Hyphens, En Dashes, Em Dashes

Q. Can Chicago please provide clarification on hyphenation when “high school” is used as an adjective? For instance, do you prefer “middle and high school students” or “middle- and high-school students”? Why? One never sees “high-school curriculum” or “high-school classroom” in educational writing, but I don’t fully understand how the rules are applied toward permanent compounds used as adjectives in CMOS. Thank you!

A. It wouldn’t be incorrect to write “middle- and high-school students.” But both “middle school” and “high school” are listed in Merriam-Webster as unhyphenated noun phrases; when they are used attributively, they can remain unhyphenated.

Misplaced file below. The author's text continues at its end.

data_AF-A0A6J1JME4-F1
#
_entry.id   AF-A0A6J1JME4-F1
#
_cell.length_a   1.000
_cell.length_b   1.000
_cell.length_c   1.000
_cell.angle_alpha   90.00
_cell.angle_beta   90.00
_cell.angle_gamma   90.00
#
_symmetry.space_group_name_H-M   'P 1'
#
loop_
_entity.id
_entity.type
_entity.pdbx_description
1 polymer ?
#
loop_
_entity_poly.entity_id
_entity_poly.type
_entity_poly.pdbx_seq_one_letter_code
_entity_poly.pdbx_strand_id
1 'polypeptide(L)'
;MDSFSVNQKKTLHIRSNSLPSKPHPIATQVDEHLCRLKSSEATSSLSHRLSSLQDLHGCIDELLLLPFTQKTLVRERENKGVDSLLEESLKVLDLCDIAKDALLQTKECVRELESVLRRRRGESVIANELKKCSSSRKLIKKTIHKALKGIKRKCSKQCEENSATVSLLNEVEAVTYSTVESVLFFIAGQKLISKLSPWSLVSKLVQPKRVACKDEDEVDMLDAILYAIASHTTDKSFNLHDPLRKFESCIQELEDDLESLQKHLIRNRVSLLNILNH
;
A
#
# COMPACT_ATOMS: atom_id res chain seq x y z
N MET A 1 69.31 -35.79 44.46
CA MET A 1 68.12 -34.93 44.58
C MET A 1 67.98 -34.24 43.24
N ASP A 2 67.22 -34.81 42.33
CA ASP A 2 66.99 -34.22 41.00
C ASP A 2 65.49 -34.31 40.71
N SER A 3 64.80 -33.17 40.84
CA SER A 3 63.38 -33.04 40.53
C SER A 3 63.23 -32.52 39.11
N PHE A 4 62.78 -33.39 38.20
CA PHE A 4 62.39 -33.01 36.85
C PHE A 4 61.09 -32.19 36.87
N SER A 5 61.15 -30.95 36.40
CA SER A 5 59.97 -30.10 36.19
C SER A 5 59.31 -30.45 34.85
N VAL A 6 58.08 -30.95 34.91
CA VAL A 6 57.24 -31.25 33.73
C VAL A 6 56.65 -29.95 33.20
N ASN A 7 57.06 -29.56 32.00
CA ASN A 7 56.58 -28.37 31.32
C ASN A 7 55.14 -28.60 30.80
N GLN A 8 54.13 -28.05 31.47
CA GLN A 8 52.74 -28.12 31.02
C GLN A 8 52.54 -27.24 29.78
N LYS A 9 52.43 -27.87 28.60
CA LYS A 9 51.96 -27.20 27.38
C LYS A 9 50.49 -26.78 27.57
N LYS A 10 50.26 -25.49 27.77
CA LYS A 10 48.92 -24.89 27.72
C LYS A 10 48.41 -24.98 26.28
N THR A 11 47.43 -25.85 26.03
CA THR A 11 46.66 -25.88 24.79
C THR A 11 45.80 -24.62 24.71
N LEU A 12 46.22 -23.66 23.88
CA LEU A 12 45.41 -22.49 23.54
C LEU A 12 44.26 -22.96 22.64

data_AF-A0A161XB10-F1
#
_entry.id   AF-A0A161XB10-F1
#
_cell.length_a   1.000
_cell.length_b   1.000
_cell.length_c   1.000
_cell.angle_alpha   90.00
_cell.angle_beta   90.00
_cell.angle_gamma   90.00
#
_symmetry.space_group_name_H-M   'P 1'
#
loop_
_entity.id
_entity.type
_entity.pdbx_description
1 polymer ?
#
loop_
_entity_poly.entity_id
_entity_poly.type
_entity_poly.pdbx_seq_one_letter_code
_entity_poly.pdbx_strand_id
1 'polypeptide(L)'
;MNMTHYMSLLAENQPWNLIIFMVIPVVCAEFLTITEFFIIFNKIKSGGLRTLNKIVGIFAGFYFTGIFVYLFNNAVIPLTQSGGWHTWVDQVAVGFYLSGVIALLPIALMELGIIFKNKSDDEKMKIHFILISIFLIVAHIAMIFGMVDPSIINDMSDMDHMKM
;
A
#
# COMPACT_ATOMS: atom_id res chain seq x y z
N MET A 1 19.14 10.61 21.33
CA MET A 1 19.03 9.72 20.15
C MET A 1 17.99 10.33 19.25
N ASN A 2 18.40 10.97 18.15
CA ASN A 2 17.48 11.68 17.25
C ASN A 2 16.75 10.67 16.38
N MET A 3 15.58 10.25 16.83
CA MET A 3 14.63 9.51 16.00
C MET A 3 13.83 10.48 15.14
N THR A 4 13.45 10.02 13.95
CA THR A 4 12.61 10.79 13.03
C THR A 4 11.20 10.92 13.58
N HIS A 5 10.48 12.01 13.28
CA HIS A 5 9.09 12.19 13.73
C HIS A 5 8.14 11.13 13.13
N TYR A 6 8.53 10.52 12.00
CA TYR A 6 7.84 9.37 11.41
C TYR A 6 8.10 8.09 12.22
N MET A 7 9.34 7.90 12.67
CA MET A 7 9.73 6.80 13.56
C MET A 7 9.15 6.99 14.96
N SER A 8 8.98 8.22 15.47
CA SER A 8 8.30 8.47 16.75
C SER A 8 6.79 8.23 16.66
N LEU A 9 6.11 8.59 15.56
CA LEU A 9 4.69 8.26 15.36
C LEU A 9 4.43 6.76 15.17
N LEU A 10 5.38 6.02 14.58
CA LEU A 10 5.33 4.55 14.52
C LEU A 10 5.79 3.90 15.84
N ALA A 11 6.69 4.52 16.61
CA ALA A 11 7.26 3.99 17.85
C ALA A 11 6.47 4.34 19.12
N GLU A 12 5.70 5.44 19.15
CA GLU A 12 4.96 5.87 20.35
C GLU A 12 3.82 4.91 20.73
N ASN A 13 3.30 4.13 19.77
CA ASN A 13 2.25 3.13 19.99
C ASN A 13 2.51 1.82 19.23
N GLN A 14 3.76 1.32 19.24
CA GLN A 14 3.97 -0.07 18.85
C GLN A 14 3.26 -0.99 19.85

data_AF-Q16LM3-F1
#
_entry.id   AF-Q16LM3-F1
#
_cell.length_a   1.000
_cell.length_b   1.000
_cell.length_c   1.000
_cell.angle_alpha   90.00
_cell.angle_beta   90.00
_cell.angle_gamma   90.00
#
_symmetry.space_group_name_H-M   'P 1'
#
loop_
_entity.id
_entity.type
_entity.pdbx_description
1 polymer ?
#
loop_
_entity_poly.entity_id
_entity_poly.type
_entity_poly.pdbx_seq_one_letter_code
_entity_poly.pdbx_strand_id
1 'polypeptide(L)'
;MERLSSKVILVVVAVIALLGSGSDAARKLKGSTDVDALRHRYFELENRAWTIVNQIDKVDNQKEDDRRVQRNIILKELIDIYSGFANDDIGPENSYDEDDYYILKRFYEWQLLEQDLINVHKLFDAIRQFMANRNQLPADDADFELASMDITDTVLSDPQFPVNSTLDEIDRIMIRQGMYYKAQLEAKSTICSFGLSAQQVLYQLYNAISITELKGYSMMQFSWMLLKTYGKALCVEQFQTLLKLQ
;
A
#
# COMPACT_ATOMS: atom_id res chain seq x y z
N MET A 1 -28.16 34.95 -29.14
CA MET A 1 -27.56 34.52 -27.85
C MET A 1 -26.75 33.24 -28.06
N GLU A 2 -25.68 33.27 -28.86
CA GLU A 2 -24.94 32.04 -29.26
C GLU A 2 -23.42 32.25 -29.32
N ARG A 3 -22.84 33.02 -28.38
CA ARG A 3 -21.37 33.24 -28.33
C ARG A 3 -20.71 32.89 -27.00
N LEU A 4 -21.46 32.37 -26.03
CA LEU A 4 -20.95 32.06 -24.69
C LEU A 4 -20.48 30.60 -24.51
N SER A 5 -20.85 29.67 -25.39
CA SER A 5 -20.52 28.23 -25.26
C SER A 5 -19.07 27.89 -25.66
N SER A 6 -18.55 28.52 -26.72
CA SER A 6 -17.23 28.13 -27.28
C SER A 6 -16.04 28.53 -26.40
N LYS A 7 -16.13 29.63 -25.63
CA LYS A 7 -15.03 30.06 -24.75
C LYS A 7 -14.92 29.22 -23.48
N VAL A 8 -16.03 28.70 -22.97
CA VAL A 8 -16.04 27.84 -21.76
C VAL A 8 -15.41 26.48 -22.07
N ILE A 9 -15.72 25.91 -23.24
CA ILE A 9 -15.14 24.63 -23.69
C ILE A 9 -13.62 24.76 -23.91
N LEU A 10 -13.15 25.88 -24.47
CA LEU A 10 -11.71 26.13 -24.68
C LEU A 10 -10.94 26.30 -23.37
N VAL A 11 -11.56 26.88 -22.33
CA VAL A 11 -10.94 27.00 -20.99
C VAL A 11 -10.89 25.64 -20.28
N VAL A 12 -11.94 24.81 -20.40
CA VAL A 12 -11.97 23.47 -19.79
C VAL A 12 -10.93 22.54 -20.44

In general, any compound that’s rarely hyphenated in real life can remain unhyphenated as a phrasal adjective if the meaning remains clear without the hyphen. This goes double for any compound that’s listed in a dictionary without the hyphen. So write “middle and high school students.”

On the other hand, if a compound is listed in the dictionary as a hyphenated phrasal adjective, Chicago style gives you permission to drop the hyphen in most cases when the compound follows the noun that it modifies (see CMOS 7.85). For example, a high-strung high school student would be, according to Chicago style, high strung (contra Merriam-Webster).

For specific examples and common exceptions, consult our hyphenation table at CMOS 7.89. If you’re still in doubt, hyphenate before the noun but not after.